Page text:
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Data from: Effective size in density-dependent two-sex populations: the effect of mating systems

Citation

Myhre, Ane Marlene; Engen, Steinar; Sæther, Bernt-Erik; SAEther, B.-E. (2017), Data from: Effective size in density-dependent two-sex populations: the effect of mating systems, Dryad, Dataset, https://doi.org/10.5061/dryad.7m2r4

Abstract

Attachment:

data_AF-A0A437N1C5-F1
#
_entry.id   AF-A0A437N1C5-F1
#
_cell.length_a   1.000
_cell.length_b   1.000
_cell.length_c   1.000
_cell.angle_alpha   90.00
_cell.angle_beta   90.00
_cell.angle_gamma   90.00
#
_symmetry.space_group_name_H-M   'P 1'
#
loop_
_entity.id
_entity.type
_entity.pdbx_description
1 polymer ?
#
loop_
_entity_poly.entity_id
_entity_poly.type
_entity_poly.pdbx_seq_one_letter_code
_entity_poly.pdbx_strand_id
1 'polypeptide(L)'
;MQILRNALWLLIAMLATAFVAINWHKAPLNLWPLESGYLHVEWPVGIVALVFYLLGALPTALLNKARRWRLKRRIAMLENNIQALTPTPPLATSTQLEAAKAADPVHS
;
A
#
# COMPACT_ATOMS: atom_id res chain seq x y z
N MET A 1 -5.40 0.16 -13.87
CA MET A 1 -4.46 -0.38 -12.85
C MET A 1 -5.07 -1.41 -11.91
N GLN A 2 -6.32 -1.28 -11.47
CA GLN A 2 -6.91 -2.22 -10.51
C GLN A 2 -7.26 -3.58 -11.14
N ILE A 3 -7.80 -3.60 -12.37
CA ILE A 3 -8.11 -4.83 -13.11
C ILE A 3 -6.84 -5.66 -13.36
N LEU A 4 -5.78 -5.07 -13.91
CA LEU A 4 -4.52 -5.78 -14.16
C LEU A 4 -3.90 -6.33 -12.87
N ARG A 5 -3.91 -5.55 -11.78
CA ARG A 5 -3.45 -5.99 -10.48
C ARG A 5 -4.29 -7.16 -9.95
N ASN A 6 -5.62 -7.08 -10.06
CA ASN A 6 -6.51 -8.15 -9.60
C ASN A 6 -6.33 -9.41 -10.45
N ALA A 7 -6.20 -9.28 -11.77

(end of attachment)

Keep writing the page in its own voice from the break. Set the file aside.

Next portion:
Density dependence in vital rates is a key feature affecting temporal fluctuations of natural populations. This has important implications for the rate of random genetic drift. Mating systems also greatly affect effective population sizes, but knowledge of how mating system and density regulation interact to affect random genetic drift is poor. Using theoretical models and simulations, we compare Ne in short-lived, density dependent animal populations with different mating systems. We study the impact of a fluctuating, density dependent sex ratio and consider both a stable and a fluctuating environment. We find a negative relationship between annual Ne/N and adult population size N due to density dependence, suggesting that loss of genetic variation is reduced at small densities. The magnitude of this decrease was affected by mating system and life history. A male-biased, density dependent sex ratio reduces the rate of genetic drift compared to an equal, density independent sex ratio, but a stochastic change towards male-bias reduces the Ne/N ratio. Environmental stochasticity amplifies temporal fluctuations in population size, and is thus vital to consider in estimation of effective population sizes over longer time periods. Our results on the reduced loss of genetic variation at small densities, particularly in polygamous populations, indicate that density regulation may facilitate adaptive evolution at small population sizes.

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